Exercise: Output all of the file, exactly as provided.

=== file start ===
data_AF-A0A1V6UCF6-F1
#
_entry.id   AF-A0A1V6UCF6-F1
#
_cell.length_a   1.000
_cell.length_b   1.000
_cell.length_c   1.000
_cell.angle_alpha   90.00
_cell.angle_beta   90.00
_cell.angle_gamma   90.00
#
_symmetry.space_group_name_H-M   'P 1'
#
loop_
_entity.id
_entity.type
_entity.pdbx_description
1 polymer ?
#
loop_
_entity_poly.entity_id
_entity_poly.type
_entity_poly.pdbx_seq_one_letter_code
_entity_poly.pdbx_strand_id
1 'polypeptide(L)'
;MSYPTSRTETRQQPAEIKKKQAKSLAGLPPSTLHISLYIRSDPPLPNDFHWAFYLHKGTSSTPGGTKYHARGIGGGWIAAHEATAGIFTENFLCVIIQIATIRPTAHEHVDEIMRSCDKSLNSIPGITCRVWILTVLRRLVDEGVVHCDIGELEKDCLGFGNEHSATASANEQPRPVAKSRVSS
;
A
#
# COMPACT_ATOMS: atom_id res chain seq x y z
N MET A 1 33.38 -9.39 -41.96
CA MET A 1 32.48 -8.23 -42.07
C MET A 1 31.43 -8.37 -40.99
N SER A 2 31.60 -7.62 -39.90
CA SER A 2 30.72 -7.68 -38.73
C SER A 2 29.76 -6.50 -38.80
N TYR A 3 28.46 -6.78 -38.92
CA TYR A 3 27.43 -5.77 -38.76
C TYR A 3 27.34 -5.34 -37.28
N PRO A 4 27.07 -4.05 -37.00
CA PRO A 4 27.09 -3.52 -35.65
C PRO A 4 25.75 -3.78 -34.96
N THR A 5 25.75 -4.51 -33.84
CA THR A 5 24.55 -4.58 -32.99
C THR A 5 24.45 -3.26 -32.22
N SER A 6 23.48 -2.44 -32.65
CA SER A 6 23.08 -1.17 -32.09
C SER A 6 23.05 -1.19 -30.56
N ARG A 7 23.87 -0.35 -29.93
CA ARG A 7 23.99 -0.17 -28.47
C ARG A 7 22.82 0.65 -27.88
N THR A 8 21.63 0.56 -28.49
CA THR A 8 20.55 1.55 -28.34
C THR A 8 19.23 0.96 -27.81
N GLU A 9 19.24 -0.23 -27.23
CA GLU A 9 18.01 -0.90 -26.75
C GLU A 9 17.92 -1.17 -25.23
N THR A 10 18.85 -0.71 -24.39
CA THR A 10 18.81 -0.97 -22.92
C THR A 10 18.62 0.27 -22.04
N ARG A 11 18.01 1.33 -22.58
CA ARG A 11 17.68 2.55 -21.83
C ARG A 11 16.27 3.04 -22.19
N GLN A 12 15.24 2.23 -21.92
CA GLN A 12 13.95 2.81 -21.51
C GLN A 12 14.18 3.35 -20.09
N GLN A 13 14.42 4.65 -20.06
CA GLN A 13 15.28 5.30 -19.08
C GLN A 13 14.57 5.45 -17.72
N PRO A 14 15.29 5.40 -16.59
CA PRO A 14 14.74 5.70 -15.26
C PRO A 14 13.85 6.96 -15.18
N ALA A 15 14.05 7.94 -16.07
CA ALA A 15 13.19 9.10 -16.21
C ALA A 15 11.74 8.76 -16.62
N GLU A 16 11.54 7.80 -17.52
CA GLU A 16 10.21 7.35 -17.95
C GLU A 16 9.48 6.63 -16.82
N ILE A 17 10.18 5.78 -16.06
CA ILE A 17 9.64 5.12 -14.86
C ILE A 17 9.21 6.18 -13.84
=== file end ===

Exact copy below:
data_AF-A0A1V6UCF6-F1
#
_entry.id   AF-A0A1V6UCF6-F1
#
_cell.length_a   1.000
_cell.length_b   1.000
_cell.length_c   1.000
_cell.angle_alpha   90.00
_cell.angle_beta   90.00
_cell.angle_gamma   90.00
#
_symmetry.space_group_name_H-M   'P 1'
#
loop_
_entity.id
_entity.type
_entity.pdbx_description
1 polymer ?
#
loop_
_entity_poly.entity_id
_entity_poly.type
_entity_poly.pdbx_seq_one_letter_code
_entity_poly.pdbx_strand_id
1 'polypeptide(L)'
;MSYPTSRTETRQQPAEIKKKQAKSLAGLPPSTLHISLYIRSDPPLPNDFHWAFYLHKGTSSTPGGTKYHARGIGGGWIAAHEATAGIFTENFLCVIIQIATIRPTAHEHVDEIMRSCDKSLNSIPGITCRVWILTVLRRLVDEGVVHCDIGELEKDCLGFGNEHSATASANEQPRPVAKSRVSS
;
A
#
# COMPACT_ATOMS: atom_id res chain seq x y z
N MET A 1 33.38 -9.39 -41.96
CA MET A 1 32.48 -8.23 -42.07
C MET A 1 31.43 -8.37 -40.99
N SER A 2 31.60 -7.62 -39.90
CA SER A 2 30.72 -7.68 -38.73
C SER A 2 29.76 -6.50 -38.80
N TYR A 3 28.46 -6.78 -38.92
CA TYR A 3 27.43 -5.77 -38.76
C TYR A 3 27.34 -5.34 -37.28
N PRO A 4 27.07 -4.05 -37.00
CA PRO A 4 27.09 -3.52 -35.65
C PRO A 4 25.75 -3.78 -34.96
N THR A 5 25.75 -4.51 -33.84
CA THR A 5 24.55 -4.58 -32.99
C THR A 5 24.45 -3.26 -32.22
N SER A 6 23.48 -2.44 -32.65
CA SER A 6 23.08 -1.17 -32.09
C SER A 6 23.05 -1.19 -30.56
N ARG A 7 23.87 -0.35 -29.93
CA ARG A 7 23.99 -0.17 -28.47
C ARG A 7 22.82 0.65 -27.88
N THR A 8 21.63 0.56 -28.49
CA THR A 8 20.55 1.55 -28.34
C THR A 8 19.23 0.96 -27.81
N GLU A 9 19.24 -0.23 -27.23
CA GLU A 9 18.01 -0.90 -26.75
C GLU A 9 17.92 -1.17 -25.23
N THR A 10 18.85 -0.71 -24.39
CA THR A 10 18.81 -0.97 -22.92
C THR A 10 18.62 0.27 -22.04
N ARG A 11 18.01 1.33 -22.58
CA ARG A 11 17.68 2.55 -21.83
C ARG A 11 16.27 3.04 -22.19
N GLN A 12 15.24 2.23 -21.92
CA GLN A 12 13.95 2.81 -21.51
C GLN A 12 14.18 3.35 -20.09
N GLN A 13 14.42 4.65 -20.06
CA GLN A 13 15.28 5.30 -19.08
C GLN A 13 14.57 5.45 -17.72
N PRO A 14 15.29 5.40 -16.59
CA PRO A 14 14.74 5.70 -15.26
C PRO A 14 13.85 6.96 -15.18
N ALA A 15 14.05 7.94 -16.07
CA ALA A 15 13.19 9.10 -16.21
C ALA A 15 11.74 8.76 -16.62
N GLU A 16 11.54 7.80 -17.52
CA GLU A 16 10.21 7.35 -17.95
C GLU A 16 9.48 6.63 -16.82
N ILE A 17 10.18 5.78 -16.06
CA ILE A 17 9.64 5.12 -14.86
C ILE A 17 9.21 6.18 -13.84